ITHACA N.Y. — An Ithaca man who pleaded guilty to six felony drug charges in June was sentenced to prison Tuesday afternoon.
William “Bizz” Hunter III was sentenced to three years in prison with three years of post-release supervision for two counts of third-degree criminal possession of a controlled substance and four counts of third-degree criminal sale of a controlled substance. He will also have to surrender about $3,600 in cash seized when he was arrested.
His attorney Thomas Kheel asked for the minimum 2-year prison sentence with 1.5 years of post-release supervision.
He said his client, while a predicate felon, has never committed a violent crime and has taken responsibility for his actions and returned to court for his sentencing despite being out on bail.
“He has appeared here knowing that he’s going to prison today,” Kheel said. “This is a classic drug culture case and should be sentenced appropriately.”
Assistant District Attorney Eliza Filipowski argued for the maximum prison time allowed within the plea deal — four years with three years of post-release supervision.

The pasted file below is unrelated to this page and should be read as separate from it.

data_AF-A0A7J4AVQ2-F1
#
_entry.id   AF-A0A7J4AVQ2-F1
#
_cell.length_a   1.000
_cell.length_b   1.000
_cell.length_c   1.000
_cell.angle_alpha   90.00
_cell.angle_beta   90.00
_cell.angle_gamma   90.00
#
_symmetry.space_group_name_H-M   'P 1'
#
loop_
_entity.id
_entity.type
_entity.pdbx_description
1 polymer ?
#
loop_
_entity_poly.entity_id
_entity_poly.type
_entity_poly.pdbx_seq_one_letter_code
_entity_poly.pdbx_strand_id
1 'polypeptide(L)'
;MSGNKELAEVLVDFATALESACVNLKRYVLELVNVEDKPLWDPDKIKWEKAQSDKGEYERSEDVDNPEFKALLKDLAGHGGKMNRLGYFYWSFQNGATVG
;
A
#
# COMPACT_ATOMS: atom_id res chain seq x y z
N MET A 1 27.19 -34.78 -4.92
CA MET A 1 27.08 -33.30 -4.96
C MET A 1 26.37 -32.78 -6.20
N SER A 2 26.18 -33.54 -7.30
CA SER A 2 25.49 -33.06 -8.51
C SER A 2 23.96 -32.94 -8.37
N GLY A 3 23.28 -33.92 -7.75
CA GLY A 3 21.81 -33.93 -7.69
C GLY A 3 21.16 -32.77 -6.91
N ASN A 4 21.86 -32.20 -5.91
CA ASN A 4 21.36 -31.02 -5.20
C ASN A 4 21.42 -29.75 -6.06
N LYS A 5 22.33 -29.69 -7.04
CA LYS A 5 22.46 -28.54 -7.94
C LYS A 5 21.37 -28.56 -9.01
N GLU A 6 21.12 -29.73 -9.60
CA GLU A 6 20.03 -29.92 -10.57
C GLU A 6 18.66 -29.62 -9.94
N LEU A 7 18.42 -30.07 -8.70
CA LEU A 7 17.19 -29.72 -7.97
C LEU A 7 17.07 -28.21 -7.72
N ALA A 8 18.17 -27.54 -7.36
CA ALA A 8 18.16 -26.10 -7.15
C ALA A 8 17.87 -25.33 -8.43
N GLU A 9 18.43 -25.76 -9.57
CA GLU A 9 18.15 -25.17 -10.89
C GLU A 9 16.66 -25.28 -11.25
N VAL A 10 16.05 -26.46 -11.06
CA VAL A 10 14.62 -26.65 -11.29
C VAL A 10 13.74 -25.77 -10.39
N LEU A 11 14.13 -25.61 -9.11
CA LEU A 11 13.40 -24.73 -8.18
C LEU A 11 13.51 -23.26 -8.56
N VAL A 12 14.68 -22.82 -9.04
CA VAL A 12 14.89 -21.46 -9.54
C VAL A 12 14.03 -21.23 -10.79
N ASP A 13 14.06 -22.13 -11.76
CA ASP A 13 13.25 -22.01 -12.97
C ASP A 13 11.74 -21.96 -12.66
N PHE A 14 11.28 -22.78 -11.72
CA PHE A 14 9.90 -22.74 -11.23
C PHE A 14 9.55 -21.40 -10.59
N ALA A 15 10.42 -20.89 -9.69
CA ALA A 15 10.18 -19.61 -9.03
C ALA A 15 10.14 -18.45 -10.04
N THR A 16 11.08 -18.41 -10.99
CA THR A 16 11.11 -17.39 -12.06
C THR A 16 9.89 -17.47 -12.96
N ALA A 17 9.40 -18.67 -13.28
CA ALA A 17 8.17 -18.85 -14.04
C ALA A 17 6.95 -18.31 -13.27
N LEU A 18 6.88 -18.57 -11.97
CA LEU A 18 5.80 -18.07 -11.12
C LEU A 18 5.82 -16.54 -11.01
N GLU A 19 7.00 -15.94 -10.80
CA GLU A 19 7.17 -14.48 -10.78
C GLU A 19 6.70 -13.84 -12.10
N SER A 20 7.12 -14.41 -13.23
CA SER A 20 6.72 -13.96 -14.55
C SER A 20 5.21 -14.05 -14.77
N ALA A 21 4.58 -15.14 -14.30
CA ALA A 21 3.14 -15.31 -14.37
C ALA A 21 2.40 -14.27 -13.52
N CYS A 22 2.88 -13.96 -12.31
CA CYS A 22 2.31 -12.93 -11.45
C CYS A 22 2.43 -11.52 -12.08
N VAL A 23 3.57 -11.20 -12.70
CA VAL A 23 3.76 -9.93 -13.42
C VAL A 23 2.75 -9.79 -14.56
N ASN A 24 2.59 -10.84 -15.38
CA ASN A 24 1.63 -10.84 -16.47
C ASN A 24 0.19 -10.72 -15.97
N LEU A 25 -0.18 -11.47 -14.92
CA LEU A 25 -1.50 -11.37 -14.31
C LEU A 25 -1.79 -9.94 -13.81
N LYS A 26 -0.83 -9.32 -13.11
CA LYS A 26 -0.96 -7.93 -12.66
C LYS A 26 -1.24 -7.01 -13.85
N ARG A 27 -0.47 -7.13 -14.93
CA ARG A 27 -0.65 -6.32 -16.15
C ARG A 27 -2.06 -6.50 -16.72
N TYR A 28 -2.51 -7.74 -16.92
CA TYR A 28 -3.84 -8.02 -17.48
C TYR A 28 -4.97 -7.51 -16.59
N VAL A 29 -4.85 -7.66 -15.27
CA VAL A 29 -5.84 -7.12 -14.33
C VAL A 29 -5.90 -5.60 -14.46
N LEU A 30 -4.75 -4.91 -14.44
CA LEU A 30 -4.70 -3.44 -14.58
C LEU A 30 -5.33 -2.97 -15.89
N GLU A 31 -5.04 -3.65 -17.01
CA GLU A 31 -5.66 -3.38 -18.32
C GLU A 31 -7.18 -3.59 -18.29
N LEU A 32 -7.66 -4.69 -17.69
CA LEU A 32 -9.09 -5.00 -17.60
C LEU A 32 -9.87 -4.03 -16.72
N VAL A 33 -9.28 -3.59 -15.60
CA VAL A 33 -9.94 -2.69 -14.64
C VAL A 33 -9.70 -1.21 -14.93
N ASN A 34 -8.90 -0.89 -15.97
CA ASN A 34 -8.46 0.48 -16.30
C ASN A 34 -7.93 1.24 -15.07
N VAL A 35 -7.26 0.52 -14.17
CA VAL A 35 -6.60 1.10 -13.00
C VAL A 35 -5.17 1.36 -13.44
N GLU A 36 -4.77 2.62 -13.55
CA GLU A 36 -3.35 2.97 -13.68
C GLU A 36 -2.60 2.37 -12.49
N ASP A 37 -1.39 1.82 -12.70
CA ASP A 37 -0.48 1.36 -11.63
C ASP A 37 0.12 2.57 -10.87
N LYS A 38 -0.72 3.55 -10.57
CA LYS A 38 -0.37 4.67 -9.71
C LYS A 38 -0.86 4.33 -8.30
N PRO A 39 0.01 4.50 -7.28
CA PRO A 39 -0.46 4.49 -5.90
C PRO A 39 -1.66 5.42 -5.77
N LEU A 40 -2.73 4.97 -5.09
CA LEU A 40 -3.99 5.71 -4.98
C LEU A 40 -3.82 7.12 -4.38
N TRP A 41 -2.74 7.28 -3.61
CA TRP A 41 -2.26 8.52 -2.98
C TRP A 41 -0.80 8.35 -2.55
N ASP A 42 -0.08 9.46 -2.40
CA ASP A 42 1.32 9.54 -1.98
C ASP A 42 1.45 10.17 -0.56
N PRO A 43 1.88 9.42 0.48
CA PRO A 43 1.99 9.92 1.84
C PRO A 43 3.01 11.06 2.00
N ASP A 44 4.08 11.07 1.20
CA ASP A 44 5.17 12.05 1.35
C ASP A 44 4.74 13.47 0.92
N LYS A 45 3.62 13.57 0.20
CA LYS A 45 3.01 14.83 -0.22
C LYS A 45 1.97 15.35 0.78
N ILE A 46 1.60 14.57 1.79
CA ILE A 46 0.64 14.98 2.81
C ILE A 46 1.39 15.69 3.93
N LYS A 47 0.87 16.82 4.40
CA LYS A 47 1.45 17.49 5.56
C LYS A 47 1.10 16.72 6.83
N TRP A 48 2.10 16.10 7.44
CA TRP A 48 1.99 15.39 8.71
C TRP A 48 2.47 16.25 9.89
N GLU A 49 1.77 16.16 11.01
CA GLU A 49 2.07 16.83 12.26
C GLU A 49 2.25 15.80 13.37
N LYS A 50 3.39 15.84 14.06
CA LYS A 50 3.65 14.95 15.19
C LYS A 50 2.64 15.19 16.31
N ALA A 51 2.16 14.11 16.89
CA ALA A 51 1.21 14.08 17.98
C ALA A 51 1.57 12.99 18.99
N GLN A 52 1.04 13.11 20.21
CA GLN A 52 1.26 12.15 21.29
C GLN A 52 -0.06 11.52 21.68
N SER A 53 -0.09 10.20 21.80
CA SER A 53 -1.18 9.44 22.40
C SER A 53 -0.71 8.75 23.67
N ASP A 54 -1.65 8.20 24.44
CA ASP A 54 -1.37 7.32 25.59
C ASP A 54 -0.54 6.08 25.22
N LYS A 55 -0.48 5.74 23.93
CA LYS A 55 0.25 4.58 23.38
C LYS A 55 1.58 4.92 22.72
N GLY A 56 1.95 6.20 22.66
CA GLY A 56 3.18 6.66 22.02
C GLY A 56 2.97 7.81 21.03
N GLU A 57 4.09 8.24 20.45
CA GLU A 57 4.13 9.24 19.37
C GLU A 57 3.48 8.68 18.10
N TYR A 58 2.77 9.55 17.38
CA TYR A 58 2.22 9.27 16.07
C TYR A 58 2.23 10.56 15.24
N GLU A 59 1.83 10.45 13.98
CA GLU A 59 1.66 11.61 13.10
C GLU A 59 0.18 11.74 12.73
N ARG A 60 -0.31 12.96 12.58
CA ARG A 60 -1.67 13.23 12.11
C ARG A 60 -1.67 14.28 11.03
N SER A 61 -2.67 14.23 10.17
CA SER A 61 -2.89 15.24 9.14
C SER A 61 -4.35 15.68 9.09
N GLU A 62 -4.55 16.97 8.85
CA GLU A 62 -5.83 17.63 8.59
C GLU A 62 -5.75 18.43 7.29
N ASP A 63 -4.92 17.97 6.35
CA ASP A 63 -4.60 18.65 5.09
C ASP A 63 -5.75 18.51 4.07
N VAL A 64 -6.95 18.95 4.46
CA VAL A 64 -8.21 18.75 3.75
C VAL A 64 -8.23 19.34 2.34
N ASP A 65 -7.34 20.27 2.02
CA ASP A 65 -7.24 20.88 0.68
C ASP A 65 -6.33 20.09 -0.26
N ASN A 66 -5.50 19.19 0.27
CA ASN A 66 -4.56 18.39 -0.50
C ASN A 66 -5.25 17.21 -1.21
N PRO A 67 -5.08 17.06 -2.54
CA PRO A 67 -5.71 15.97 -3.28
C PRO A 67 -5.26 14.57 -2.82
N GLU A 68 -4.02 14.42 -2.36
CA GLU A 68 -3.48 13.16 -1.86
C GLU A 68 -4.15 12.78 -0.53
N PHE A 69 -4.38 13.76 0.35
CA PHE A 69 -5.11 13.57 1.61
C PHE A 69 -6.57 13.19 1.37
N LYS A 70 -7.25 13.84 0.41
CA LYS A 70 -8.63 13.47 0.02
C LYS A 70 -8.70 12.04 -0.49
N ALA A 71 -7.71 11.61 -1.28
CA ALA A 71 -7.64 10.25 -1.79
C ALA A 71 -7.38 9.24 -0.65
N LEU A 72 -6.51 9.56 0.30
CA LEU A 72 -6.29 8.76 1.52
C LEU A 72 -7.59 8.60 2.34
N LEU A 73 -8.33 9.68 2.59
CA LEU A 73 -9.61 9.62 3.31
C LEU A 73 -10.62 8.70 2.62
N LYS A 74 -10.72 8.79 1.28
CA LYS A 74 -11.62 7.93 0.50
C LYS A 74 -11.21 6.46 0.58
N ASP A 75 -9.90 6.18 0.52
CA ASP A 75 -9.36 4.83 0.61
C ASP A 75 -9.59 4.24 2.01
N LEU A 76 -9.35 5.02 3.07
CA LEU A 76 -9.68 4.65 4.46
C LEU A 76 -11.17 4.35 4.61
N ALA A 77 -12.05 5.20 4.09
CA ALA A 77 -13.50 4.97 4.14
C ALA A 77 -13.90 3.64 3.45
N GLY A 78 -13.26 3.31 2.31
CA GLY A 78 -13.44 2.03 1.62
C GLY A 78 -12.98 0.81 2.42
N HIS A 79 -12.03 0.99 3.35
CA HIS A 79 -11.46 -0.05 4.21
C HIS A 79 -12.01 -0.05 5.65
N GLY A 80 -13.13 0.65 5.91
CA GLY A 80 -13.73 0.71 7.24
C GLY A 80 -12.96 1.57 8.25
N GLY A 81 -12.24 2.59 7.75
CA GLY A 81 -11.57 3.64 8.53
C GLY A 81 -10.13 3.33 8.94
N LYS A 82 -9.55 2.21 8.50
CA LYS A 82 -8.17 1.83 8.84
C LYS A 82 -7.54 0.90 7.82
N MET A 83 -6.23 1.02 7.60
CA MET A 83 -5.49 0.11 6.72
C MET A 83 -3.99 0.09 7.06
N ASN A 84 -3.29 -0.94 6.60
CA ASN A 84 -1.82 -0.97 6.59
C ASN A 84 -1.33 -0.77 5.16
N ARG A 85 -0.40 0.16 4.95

She said that without the deal, Hunter could have faced a minimum of 10 years in prison if sentenced consecutively for the charges.
“This has been his main source of income,” she said about Hunter’s history of drug dealing, noting that he is unemployed.
Hunter was taken into custody around 3:45 p.m. May 15 near the intersection of South Corn Street and Cleveland Avenue, police said.
Officials said they found 82.1 grams of cocaine when they searched Hunter.
A warrant had been issued for Hunter’s arrest after police say he hit a man at least two times in the head on March 27 on the 100 block of South Cayuga Street.
Judge Joseph Cassidy said he took several factors into consideration when determining sentencing, including: Hunter’s nonviolent offenses, his criminal background (a felony and four misdemeanors), and New York State’s efforts to not warehouse nonviolent drug offenders for extended periods of time in prison.
“It’s not a harmless crime. It does poison the community. It does bring violence to the community,” Cassidy said.
He said Hunter may be eligible for shock incarceration — a bootcamp style prison program — which could help rehabilitate and shorten Hunter’s time in prison.